4. TechCrunch is well off base in its assertion that the Debit interchange provides an opportunity for Apple. Actually, the reverse is true (in US Market). As discussed in the ISIS blog above, the key for NFC adoption is merchant POS infrastructure investment. ISIS is working with several large retailers to subsidize POS infrastructure. ISIS is doing much heavy lifting in its payment system incentives. Discover/Barclays relationship allows ISIS to build a merchant friendly value proposition and gives ISIS a unique ability to “control” the NFC/PCI certification process. Given that Apple is currently outside of ISIS, it must have another payment network to support it at the POS. Apple has typically partnered with Visa (given that MA has partnered with RIM this would make sense). In either case the merchant transaction costs for an Apple/NFC transaction will be higher (Visa controls the MDR) and Visa will control the NFC certification process. Apple may create a package of marketing incentives that will offset the merchant costs, but marketing effectiveness will be poor in the early stage (prior to NFC at POS). A classic chicken and egg problem.

Take Away for Investors/Start Ups

  • Apple will be a very, very hot platform for mobile applications.
  • Do not assume that there will be substantial payment volume in next 4 years
  • Assume there will be iAd “advertising views” but few mechanisms to track effectiveness until payment is captured
  • Important: even after payment is captured, the item detail will not be available to Apple.  Apple will be able to track that customer clicked on iAd, and visited store, but NOT what item was purchased.  There are a few companies addressing this… but not going to spill the beans here as I really like this space.
  • Apple’s ability to capture mass media spend will be driven more by Steve Jobs and the demographic of the iPhone user base.
  • Apple will have continue w/ interim CPC model on iAd until tracking through POS.  They will likely attempt to develop a couponing system, but bar codes on iPhones are viewed very negatively by retailers.
  • Expect to see many “four square” like start ups which try to leverage store visit check ins. But less than $2B in marketing spend shifting to platform until POS integration.
  • Look for Investment hypotheses that align to Apple core services (acquisition/exit)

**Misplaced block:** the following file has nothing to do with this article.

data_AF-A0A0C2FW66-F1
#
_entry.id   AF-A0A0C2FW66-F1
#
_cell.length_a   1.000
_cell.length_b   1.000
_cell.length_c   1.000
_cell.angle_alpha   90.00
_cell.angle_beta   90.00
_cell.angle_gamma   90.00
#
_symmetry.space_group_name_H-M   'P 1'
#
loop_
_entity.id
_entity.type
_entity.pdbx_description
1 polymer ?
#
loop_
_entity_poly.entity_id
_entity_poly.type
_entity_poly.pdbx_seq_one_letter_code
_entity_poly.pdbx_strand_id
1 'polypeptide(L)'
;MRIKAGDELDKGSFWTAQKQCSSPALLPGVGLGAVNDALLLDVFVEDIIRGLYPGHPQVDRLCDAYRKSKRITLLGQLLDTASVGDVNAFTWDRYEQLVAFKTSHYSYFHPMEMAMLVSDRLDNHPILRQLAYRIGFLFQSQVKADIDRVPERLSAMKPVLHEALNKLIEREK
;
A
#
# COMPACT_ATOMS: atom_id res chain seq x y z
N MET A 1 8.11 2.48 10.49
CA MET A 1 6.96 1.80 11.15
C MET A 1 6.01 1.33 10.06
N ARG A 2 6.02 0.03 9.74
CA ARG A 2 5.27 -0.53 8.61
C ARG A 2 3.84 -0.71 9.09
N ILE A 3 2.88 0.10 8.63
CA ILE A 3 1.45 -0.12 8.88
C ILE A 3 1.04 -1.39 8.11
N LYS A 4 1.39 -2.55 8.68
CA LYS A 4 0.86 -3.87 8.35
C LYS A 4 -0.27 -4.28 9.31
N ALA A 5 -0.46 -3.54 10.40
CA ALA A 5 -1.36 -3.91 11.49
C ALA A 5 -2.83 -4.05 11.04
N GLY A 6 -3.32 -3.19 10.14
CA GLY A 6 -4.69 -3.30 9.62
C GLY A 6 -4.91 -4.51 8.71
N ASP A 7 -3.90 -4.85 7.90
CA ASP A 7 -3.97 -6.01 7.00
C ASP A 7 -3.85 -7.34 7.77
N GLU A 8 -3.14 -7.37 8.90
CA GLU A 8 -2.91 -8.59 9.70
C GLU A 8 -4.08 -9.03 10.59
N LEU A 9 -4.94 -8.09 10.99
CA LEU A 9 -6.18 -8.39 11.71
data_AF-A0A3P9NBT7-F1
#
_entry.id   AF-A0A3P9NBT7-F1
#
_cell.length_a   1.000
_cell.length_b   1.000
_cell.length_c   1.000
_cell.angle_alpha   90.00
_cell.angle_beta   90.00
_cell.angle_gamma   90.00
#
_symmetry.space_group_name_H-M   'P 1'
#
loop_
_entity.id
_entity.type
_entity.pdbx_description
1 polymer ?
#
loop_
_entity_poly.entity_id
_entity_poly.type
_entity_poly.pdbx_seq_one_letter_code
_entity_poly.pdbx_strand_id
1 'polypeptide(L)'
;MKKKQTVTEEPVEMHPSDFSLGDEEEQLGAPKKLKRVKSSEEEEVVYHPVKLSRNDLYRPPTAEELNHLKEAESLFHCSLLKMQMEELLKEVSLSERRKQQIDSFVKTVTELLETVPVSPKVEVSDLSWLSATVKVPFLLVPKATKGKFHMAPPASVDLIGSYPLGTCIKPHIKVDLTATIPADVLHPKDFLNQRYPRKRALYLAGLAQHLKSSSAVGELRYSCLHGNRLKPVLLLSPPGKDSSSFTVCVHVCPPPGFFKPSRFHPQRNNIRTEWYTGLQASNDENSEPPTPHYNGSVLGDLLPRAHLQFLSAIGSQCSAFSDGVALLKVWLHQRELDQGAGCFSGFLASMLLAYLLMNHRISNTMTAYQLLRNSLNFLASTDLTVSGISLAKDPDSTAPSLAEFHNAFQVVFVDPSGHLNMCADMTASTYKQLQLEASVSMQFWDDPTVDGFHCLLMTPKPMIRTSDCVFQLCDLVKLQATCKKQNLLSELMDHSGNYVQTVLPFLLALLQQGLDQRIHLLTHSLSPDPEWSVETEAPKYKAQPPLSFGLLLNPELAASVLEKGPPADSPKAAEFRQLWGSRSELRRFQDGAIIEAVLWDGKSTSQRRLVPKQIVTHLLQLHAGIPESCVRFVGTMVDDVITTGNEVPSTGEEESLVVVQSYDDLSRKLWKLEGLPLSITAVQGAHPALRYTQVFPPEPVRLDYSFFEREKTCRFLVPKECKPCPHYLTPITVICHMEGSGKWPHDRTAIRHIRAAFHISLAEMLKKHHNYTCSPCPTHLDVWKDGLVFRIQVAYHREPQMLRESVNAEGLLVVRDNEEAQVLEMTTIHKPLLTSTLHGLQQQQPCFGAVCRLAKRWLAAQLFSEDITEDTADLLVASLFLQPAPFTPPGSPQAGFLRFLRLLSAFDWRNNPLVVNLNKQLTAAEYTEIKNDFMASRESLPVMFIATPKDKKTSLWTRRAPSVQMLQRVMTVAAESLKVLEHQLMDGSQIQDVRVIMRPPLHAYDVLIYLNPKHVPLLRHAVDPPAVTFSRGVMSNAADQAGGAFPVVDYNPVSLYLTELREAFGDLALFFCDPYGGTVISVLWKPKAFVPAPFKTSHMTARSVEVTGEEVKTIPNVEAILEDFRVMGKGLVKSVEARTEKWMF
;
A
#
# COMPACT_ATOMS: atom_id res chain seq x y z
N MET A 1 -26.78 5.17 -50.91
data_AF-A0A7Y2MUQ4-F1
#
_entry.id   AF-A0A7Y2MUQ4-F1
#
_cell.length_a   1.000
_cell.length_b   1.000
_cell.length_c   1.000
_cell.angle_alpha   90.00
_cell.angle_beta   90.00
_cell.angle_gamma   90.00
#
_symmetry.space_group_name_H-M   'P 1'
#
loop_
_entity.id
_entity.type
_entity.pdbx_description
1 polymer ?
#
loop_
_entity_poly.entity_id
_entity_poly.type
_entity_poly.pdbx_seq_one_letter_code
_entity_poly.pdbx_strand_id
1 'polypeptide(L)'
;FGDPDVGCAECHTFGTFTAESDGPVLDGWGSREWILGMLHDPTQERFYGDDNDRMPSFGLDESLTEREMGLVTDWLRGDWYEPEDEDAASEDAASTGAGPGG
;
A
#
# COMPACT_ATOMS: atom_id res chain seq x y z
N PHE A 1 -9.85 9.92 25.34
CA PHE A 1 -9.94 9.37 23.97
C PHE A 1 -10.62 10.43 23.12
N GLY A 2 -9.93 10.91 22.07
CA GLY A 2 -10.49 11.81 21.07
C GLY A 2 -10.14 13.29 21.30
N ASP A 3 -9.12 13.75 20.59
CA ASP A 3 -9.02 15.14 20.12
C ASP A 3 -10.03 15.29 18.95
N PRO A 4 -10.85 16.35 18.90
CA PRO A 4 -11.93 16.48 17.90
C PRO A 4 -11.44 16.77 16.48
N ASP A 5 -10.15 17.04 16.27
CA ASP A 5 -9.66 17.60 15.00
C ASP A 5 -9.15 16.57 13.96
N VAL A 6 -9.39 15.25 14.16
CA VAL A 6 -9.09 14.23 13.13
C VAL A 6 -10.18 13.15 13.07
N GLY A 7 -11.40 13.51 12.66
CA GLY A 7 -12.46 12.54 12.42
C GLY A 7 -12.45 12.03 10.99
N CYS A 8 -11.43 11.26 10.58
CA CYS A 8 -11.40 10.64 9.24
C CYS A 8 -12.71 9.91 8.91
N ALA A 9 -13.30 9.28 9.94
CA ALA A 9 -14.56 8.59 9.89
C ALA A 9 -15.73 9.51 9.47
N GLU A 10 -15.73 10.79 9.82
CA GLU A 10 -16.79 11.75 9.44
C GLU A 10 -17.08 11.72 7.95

• Payment will take some time, DeviceFidelity spent almost 2 years in certification with Visa. In short term look to complimentary services. Examples
  1. NFC to Open Doors
  2. Physical advertising with NFC (NFC in a store display through coupon redemption)
  3.  NFC “Four Square” like Check In (ex shopkick)
  4.  POS Infrastructure (VivoTech, Verifone, Vending Machines, …)
  5. Retailer friendly applications that attempt to marry iAd data with retail POS data (think KSS Retail, DemandTec, ….)

Google/ZetaWire

Why did Google acquire a 3-4 person Canadian company with no customers? The answer seems to lie in its patent application

22 Dec 2010

TechCrunch – Google Acquires ZetaWire

Why did Google acquire a 3-4 person Canadian company with no customers? The answer seems to lie in its patent application

… quite an interesting read. A ubiquitous wallet, online and mobile that provides for direct communication (bluetooth, Wi-Fi, NFC, …) to other wallets and POS terminals. Interesting vision.. google as center of the mobile universe…. who would have ever imagined. 

From a payment perspective, I thought paragraph 271 was rather interesting

[0271] Because the coupon and advertising system is integrated with the payment system, it is able to target and deliver advertising on an individual basis rather than on a demographic basis. The payment system has a complete record of all the purchases ever made by a user, and because the payment system is also integrated with a social network, it can also know the purchases made by all of the user’s friends. In addition, it has access to many other streams of data providing information about a user such as the user explicitly entered preferences and wish lists, which coupons the user’s friends have shared, which coupons the user currently has, etc. The system is therefore able to build a much more accurate user profile than standard advertising techniques, and this user profile can in turn be used to deliver advertising which is customized on an individual basis.

This seems to indicate a significant gap in the understanding of the applicants surrounding financial transactions (and data).  Merchants hold on to item detail information, the payment network receives merchant level data.. but does not get item information. ZetaWire attempts to address this gap by inventing a “coupon authority” entity in Paragraph 264.

All information related to coupons and their definitions is managed by a coupon authority, which can be an integrated subsystem of the transaction authority 102. All instances based on the coupon definitions are minted by the coupon authority. Whether coupons have been applied to transactions is recorded by the coupon authority, as are coupons’ chains of custody from the time they are minted to the time they are spent, including all data related to how and when they were share

For those of you unaware, merchants are rather stingy with their store data. The Visa’s team best effort here is with Monitise and the new iPhone application “Visa Offers” (link is my related blog). It results in a coupon with a bar code and you show your iPhone to the cashier. How does google intend to integrate to merchants and receive store level data? I can’t imagine Amazon being excited about this.. or Wal-Mart in that matter.

Visa’s new iPhone App: Is this success?

Visa’s release a new iPhone app last month. One Bank has signed up (US Bank) the rest are holding back (more on this below). The application has been a 2 year effort driven by Monitise, and the UI looks very good. However, I’m afraid that Visa’s latest mobile effort is doomed to failure because of the "last mile" issue at the POS.